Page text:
Natural gas has been in the spotlight lately as the clean fuel of the future, but what do we know about this clean gas? We already use it in our home furnaces, water heaters, stoves, fireplaces, even some cars (CNG); but it is now becoming the energy of choice to produce our electricity. While it is a cleaner burning alternative to coal, is it our best choice? There are two parts to this question, how it is obtained, and how it is used.
Natural Gas Extraction
Natural gas is a fossil fuel derived from plant and animal matter that was heated and pressurized over time within the earth’s layers. It is a byproduct of oil drilling and for many years was just burned off with flares or re-injected back into the wells (and it still is in many countries). More recently, it has become a resource constituting it’s own development as an energy source. As a result, many oil companies are looking into developing the vast shale gas reserves found throughout the US as a new domestic energy plan competing with renewable energy.
Shale gas extraction is a bit more complicated and requires hydraulic fracturing (fracking) of the fine clay like rock to obtain sufficient amounts of the gas. Chemicals (some which are toxic and unrecoverable) are injected at high pressure into these drilled wells, fracturing and breaking up the shale rocks and thus releasing the natural gas. › Continue reading
The results are in; C3Nano Inc., a team from Stanford University, has won a competition amongst peers, the coveted MIT Clean Energy Prize. Barely three years old, the competition has brought some of the brightest minds from around the world, working with their respective teams, for a single common objective: becoming pioneers in the advancement of (relatively) clean energy.
A good idea isn’t enough to change the world, a good idea backed by significant capital and popular support is. The people behind the competition and the participants are well-aware of this reality, leading to the high turn-out of academics with futuristic ideas. And that’s where the competition comes in; the winning team earns $200,000, but more importantly, their idea gains wide recognition beyond the scholarly circle resulting in sponsorships from established organizations.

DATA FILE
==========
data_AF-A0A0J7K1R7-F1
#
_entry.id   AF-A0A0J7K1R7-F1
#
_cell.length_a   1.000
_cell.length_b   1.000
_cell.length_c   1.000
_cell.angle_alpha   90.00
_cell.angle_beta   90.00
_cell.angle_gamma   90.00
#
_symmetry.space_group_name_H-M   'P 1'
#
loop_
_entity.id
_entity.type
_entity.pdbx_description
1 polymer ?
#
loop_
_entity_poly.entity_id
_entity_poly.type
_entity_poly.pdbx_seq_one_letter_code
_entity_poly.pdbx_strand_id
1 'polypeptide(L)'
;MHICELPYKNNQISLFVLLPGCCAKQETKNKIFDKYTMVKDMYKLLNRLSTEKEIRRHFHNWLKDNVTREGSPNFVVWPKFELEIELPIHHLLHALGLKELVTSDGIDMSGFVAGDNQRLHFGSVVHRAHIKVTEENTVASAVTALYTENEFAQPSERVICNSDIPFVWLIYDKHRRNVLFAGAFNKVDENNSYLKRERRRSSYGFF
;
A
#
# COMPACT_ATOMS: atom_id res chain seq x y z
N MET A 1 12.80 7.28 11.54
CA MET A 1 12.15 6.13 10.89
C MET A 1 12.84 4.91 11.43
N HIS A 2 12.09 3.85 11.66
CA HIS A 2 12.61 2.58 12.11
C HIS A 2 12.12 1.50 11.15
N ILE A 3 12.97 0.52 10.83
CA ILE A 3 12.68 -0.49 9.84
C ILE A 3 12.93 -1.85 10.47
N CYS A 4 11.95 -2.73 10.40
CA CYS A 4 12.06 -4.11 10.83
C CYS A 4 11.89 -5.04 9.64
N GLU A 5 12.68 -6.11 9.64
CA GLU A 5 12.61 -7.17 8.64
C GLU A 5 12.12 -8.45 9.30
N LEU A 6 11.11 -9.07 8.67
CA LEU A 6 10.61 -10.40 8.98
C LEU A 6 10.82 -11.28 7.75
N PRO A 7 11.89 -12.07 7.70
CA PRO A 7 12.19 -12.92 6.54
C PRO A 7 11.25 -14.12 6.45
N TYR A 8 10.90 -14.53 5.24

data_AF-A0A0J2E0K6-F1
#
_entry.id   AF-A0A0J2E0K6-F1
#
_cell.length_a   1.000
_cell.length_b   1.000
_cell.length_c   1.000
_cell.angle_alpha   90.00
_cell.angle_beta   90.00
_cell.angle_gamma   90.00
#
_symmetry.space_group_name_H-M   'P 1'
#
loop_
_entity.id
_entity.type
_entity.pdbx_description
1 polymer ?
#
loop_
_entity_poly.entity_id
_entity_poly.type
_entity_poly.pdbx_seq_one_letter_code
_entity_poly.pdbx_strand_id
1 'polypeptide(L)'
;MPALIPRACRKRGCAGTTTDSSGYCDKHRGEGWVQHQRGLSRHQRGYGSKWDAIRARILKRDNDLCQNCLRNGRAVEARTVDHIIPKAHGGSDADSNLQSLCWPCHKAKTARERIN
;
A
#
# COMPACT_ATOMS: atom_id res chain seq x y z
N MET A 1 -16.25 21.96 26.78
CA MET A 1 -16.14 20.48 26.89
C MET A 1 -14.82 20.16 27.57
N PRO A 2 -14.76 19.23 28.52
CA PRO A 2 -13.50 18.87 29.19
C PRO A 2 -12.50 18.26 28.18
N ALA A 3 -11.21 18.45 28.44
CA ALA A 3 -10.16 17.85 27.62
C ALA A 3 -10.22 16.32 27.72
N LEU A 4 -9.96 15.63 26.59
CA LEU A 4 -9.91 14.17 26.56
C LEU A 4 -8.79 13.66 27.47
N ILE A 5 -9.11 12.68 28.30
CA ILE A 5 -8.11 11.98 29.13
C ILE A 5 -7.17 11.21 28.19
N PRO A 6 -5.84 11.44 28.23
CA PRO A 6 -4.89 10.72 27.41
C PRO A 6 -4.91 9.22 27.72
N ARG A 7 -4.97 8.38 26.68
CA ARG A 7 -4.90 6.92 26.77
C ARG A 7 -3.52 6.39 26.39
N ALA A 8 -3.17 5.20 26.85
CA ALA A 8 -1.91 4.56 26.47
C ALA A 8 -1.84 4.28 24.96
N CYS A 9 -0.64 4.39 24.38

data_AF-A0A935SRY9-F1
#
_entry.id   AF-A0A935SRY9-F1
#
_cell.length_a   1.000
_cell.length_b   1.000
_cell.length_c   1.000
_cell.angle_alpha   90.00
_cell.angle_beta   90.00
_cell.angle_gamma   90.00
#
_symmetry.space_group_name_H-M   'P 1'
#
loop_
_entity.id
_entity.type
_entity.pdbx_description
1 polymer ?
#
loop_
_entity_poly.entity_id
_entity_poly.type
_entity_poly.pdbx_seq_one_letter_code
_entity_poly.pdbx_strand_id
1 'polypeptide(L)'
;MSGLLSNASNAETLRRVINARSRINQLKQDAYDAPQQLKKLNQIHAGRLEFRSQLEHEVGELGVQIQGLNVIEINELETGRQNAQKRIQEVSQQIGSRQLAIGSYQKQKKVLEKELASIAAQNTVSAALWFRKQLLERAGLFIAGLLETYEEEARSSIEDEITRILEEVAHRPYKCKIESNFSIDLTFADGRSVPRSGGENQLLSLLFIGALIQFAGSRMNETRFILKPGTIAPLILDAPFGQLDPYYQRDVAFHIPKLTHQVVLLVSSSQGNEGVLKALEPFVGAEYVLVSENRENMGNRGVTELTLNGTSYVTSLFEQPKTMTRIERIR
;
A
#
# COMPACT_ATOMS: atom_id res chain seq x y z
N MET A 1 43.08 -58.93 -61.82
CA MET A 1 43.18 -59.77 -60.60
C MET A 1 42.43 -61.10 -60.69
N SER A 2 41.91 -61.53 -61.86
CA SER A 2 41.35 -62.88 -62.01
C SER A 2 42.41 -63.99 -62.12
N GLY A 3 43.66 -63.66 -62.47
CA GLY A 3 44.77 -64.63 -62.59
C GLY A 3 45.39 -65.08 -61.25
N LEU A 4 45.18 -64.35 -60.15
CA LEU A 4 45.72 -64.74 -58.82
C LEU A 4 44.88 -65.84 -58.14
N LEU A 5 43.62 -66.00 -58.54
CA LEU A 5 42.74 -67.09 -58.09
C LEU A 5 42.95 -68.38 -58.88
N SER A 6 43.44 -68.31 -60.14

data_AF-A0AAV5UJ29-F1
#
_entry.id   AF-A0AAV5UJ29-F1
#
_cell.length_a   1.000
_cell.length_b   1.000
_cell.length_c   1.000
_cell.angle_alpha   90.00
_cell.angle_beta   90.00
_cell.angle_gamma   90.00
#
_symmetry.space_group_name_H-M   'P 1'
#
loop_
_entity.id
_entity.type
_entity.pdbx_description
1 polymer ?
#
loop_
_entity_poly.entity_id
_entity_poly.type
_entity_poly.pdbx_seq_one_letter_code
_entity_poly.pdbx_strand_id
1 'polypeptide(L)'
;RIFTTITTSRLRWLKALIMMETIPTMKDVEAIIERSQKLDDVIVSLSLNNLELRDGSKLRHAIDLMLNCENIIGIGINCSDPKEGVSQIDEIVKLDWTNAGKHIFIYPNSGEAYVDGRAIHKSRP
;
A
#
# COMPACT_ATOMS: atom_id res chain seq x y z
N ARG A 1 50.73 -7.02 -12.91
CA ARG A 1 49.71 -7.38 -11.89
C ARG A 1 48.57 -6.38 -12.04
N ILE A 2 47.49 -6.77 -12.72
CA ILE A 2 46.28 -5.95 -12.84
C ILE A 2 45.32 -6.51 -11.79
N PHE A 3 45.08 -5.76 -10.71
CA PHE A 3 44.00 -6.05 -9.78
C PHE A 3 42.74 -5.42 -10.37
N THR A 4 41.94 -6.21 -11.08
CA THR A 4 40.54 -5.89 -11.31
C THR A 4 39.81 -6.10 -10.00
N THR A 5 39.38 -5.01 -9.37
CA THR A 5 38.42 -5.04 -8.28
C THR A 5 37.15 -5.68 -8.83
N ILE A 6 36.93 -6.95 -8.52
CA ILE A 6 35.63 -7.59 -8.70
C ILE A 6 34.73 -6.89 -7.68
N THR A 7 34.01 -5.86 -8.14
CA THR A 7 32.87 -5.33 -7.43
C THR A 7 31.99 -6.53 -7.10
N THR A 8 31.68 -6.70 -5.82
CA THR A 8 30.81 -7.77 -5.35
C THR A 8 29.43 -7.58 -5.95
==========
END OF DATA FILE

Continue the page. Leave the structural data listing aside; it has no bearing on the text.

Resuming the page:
The following media frenzy has been distressing to watch, and frustratingly shallow on facts. Media responses range across the board, from John Stewart’s Daily Show brilliant simulation of the failure to cap the oil leak, to Rush Limbaugh’s statement that the oil is as “natural” as the ocean water it’s polluting and therefore should be left alone. › Continue reading
But maybe we in the environmental community shouldn’t really be so surprised. In this New York Times article, it’s reiterated that ‘Mr. Obama said several times during his presidential campaign that he supported expanded offshore drilling. He noted in his state of the union address in January that weaning the country from imported oil would require “tough decisions about opening new offshore areas for oil and gas development.’” › Continue reading
Last year the Times Square ball underwent a green renovation, replacing the old incandecent lightbulbs with 32,256 Philips Luxeon Rebel energy efficient LEDs. Not only does this allow for a greater savings in energy, it also provides countless patterns using 10 million different colors refracted through 2,668 Waterford Crystal panels. The ball also received an upgrade giving it 20% greater efficiency making it the greenest its ever been using the same amount of energy that would be used from two household ovens.
Reminiscent of The Green Microgym, this year features a eco-frienldy renewable people-powered 2009 sign. Revelers can already pedal on bicycles in Duracell’s Times Square “power lodge” to generate energy for the sign.
While not the best display of energy savings, it is a great innovative way to get people excited and spread the word about new green technologies.
Google is putting something really scary on their website, your energy bills. Calculate your energy costs, and what you can do about them. From energy going up the chimney, to energy leaching computer zombies, a few suggestions could exorcise your energy demons. Visit the site to get into the holiday mood, and save a lil’ change too.
Used alkaline batteries are a bad thing when thrown in the trash. They leech toxic chemicals out into the landfills, oceans, streets, or wherever they are discarded. Here comes a beautiful (although optimistic) solution in allowing for easy system for recycling and efficiency from Sungwoo Park & Sunhee Kim. Most ‘dead’ batteries are just running too low to power our devices, but they still have energy. This light/recycling station can utilize the remaining power left in the battery to light up a corner, subway, bus stop or even better, integrate them into lighted vending machines.
The Energy Seed is a demonstrative technology in efficiency and recycling ideals, but presents just as many problems as it solves such as battery collection, reliable lighting, vandalism, etc. I applaud the idea and design and feel that it is a very creative solution for a hidden problem.
Keep up with us on Twitter and RSS!
You can find us at: